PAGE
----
Benefits of a Warm Compress for Your Eyes

Updated on October 12th, 2020
Warm Compress for eyes

When you have an itchy, dry, or painful eye issue, you want to feel good. One method to do this is with a warm compress. What’s it? Plainly speaking, it’s a warm, wet cloth. You apply it to your eye to relieve the discomfort or pain of eye problems. A warm compress is soothing. It can make your eye feel better instantly. 

What is a warm compress?

A warm compress is a traditional, longtime home remedy for various mild ailments.  Medical professionals and doctors also prescribe compresses for managing specific conditions. Compresses involve clean cloth soaked in warm water.

The warm cloth is then compressed and applied to the wound, skin, or another site. Bringing moisture and heat to specific conditions can help relieve inflammation, pain, and other conditions. Warm compresses can help mild eye problems, too. These include itchiness, styes, red-eye, dryness, and infections.

How to use a warm compress for eyes ?

Applying a warm compress for the eye is easy. Apply it directly to the eye while keeping your eye closed. You may use it to both eyes at once if the cloth is big enough.

Apply it there for as long as it betters symptoms and comfort. Re-apply or re-soak it in warm water and as and when required, or when the compress becomes cold.

Benefits of warm compress on eyes

Warm compresses have been a well-known home remedy for multiple reasons. For the eye, they can soothe inflammation, improve circulation, and unclog swollen eyelids. For this reason, they will be beneficial for the following eye problems:

DIY warm compress

Warm compress for stye

A warm compress is a general approach to treating styes. These may also be called hordeolum singular (hordeola) or chalazion (singularchalazia).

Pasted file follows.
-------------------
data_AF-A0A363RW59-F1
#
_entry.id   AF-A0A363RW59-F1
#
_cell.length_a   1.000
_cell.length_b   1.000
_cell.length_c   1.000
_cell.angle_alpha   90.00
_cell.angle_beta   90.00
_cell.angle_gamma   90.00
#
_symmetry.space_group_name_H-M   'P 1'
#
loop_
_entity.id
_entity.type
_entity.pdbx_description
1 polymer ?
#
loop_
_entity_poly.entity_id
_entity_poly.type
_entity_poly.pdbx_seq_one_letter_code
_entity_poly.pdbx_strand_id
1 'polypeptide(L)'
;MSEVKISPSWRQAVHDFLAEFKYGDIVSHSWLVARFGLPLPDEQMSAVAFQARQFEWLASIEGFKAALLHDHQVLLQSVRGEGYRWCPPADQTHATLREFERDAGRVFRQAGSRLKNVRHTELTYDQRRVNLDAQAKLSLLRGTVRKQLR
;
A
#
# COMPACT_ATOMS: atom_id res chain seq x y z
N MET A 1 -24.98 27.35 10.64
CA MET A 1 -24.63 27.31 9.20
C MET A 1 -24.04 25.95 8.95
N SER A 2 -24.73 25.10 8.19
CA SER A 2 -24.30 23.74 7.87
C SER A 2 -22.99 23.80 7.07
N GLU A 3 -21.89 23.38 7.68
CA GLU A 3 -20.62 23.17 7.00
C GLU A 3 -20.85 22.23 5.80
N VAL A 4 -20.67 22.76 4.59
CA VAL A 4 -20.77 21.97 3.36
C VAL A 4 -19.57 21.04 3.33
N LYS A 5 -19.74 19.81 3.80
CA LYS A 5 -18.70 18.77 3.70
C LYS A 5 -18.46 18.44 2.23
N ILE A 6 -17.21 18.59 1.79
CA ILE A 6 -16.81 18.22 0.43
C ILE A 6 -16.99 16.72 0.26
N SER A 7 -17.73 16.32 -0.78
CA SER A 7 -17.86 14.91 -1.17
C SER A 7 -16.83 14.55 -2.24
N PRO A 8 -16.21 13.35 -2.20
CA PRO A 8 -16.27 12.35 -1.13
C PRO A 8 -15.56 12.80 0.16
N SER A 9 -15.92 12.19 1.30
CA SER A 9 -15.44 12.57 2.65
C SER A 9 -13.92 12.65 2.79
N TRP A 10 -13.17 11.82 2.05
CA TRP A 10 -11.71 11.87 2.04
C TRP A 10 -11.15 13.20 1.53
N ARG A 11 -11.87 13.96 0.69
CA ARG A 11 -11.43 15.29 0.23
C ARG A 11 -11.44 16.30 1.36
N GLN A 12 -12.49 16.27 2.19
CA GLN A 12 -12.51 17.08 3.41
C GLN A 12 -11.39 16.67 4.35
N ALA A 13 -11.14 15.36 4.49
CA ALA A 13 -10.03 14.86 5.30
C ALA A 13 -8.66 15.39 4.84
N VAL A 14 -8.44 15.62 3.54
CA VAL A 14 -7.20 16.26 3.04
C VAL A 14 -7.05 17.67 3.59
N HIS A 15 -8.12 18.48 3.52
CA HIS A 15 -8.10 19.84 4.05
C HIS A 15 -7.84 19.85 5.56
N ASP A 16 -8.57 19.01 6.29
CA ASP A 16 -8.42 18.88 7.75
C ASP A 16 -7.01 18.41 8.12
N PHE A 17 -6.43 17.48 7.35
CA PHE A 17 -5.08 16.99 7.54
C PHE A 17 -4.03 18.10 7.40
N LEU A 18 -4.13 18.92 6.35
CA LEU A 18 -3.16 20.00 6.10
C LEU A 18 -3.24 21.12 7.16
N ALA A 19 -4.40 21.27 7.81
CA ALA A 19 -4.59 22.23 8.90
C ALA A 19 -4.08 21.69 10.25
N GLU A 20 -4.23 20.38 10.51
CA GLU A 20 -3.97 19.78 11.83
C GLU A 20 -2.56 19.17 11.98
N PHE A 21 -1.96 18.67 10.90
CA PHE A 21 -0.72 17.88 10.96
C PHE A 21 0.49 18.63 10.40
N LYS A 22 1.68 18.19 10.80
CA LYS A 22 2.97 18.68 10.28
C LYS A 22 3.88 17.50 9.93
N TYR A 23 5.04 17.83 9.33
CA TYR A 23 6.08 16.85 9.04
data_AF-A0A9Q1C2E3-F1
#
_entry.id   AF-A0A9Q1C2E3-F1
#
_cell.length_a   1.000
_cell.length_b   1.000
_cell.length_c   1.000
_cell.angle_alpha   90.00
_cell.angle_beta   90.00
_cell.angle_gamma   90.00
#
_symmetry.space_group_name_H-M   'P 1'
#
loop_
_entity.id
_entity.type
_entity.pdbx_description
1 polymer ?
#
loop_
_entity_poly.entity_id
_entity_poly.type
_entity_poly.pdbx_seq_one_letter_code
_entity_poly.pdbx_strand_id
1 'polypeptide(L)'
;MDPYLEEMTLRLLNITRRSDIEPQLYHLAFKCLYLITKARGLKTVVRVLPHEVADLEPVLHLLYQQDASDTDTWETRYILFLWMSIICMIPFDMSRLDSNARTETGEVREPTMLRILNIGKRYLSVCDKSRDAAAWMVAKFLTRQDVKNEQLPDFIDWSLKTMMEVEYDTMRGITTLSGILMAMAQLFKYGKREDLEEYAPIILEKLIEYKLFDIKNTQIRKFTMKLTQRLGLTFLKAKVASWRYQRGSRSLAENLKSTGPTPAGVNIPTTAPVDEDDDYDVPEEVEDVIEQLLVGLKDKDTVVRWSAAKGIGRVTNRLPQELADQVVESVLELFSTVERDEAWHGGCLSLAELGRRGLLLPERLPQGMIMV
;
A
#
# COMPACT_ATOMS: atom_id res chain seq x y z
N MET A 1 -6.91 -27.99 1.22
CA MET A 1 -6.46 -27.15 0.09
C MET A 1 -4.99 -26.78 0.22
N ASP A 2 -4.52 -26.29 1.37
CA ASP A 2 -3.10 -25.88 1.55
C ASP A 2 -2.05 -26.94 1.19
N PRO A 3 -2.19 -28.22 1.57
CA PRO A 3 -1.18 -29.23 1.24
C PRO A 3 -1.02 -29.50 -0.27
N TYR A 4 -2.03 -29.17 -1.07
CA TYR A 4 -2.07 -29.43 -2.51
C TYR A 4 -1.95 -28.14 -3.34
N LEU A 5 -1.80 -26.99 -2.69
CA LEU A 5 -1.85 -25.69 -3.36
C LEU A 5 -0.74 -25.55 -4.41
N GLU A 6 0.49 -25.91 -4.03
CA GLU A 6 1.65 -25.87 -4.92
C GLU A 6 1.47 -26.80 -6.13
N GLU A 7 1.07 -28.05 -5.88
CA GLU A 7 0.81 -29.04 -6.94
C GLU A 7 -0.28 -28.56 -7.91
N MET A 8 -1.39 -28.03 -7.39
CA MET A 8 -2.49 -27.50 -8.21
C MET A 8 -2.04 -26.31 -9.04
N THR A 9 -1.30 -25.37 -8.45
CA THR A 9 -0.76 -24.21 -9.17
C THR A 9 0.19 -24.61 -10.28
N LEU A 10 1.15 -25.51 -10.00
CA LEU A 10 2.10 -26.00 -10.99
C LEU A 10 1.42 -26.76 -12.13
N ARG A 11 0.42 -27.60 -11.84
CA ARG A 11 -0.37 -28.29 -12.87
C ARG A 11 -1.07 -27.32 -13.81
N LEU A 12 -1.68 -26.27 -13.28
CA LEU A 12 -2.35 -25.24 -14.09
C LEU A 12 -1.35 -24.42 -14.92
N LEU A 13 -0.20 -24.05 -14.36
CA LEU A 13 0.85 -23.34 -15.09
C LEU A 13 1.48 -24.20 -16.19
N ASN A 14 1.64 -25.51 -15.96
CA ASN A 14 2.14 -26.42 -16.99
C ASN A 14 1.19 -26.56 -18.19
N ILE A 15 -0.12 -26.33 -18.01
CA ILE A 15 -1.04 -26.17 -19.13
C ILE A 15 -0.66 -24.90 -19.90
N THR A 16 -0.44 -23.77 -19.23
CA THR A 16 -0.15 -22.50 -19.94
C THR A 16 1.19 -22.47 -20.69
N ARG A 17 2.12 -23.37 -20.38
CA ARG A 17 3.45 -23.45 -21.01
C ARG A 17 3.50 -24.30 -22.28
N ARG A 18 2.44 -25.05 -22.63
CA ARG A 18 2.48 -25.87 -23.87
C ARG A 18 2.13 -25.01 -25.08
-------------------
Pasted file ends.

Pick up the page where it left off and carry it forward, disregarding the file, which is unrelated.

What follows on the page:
Styes appear when a localized part of the eyelid becomes swollen, either due to infection or gland blockage [1].

Warm compresses are a general approach for relief. They may drain away and soften any blockages.

[Read: Benefits of Warm Compress for Stye]

Blepharitis

Besides styes, eyelids can become swollen or inflamed for other reasons. The swelling of the eyelids is termed as blepharitis. According to a 2012 review of various research studies, compresses have been proven to help relieve blepharitis symptoms [2].

Swollen eyes

Though blepharitis and styes involve swollen eyes, swollen eyelids,  or eyelids may occur for other reasons. Warm compresses can relieve these symptoms, too.

Causes for a swollen eye may include:

  • allergies
  • injury
  • orbital cellulitis
  • bug bites or stings
  • Rarer causes include eye cancer or Graves’ disease, which can also cause the condition.

With each of these conditions, applying a warm compress may offer some relief of symptoms. It is not proven to treat any of these issues.

[Read: How to Treat a Swollen Eye]

Dry eye compress

Warm compresses can even aid with dry eyes. The heat from the compress supports glands that secrete tears to function better. Warm compresses are a general approach to dry eye-related disorders, including meibomian gland dysfunction. They can provide relief, but they cannot treat dry eye disorders [3].